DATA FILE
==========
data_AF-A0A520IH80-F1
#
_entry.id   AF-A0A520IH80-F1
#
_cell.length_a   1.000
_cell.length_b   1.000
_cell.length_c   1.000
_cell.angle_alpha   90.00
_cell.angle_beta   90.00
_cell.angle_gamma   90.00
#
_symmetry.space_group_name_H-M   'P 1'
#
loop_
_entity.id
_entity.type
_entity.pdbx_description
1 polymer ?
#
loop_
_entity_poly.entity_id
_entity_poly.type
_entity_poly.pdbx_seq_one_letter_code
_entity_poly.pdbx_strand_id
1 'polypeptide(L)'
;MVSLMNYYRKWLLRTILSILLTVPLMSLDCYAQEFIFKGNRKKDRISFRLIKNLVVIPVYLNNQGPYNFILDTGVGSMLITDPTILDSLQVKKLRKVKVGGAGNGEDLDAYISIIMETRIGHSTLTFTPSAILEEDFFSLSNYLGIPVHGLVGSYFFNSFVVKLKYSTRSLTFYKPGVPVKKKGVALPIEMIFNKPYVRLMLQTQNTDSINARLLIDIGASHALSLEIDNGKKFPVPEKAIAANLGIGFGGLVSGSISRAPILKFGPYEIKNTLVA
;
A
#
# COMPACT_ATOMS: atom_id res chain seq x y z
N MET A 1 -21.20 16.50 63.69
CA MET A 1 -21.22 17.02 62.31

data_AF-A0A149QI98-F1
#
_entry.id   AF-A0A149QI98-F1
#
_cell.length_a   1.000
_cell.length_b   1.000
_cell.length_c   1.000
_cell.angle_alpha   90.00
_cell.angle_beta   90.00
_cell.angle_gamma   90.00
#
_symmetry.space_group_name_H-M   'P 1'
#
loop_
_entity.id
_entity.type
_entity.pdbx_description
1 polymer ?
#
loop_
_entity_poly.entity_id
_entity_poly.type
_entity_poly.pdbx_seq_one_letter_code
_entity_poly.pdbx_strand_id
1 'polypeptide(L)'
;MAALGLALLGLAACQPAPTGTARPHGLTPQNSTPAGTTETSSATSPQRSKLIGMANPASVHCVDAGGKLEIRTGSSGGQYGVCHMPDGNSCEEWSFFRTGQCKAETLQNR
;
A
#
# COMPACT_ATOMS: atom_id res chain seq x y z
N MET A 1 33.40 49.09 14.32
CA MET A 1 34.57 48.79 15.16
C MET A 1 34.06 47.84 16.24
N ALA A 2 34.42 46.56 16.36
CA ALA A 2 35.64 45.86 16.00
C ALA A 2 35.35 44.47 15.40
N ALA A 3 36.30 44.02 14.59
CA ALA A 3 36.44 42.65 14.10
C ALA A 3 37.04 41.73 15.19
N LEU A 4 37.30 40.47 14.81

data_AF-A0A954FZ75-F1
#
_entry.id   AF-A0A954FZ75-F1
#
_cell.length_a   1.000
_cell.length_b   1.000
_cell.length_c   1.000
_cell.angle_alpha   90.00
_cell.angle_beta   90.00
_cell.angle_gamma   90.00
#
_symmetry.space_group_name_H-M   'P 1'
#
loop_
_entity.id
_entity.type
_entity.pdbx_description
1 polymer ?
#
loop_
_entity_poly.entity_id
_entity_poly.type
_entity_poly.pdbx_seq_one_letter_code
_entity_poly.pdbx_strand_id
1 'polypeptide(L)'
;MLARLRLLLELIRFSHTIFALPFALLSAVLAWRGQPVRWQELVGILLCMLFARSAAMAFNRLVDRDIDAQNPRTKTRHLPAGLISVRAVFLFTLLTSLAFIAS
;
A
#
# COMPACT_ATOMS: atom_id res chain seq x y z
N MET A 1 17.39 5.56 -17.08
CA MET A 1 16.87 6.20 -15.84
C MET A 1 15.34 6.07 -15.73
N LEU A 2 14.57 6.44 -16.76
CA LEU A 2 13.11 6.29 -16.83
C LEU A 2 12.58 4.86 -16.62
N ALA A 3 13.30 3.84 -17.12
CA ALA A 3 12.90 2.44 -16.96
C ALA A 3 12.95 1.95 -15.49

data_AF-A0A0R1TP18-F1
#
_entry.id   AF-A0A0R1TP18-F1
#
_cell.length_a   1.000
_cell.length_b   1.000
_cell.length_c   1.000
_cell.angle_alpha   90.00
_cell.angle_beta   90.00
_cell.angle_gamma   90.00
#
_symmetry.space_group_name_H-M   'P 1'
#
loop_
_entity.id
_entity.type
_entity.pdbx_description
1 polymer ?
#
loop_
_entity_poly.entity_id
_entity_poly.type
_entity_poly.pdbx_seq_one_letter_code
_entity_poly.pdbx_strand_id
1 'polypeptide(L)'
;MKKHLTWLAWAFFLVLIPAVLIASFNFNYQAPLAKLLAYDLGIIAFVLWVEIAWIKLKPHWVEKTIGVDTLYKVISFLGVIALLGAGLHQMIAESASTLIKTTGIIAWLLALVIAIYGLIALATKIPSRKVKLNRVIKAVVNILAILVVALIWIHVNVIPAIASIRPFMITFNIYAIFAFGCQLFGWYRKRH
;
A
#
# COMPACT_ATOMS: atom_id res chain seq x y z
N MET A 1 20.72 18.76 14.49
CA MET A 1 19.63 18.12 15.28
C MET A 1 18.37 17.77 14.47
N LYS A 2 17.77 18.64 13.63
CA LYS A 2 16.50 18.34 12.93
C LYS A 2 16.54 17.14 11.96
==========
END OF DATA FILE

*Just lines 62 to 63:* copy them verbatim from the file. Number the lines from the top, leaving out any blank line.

# COMPACT_ATOMS: atom_id res chain seq x y z
N MET A 1 33.40 49.09 14.32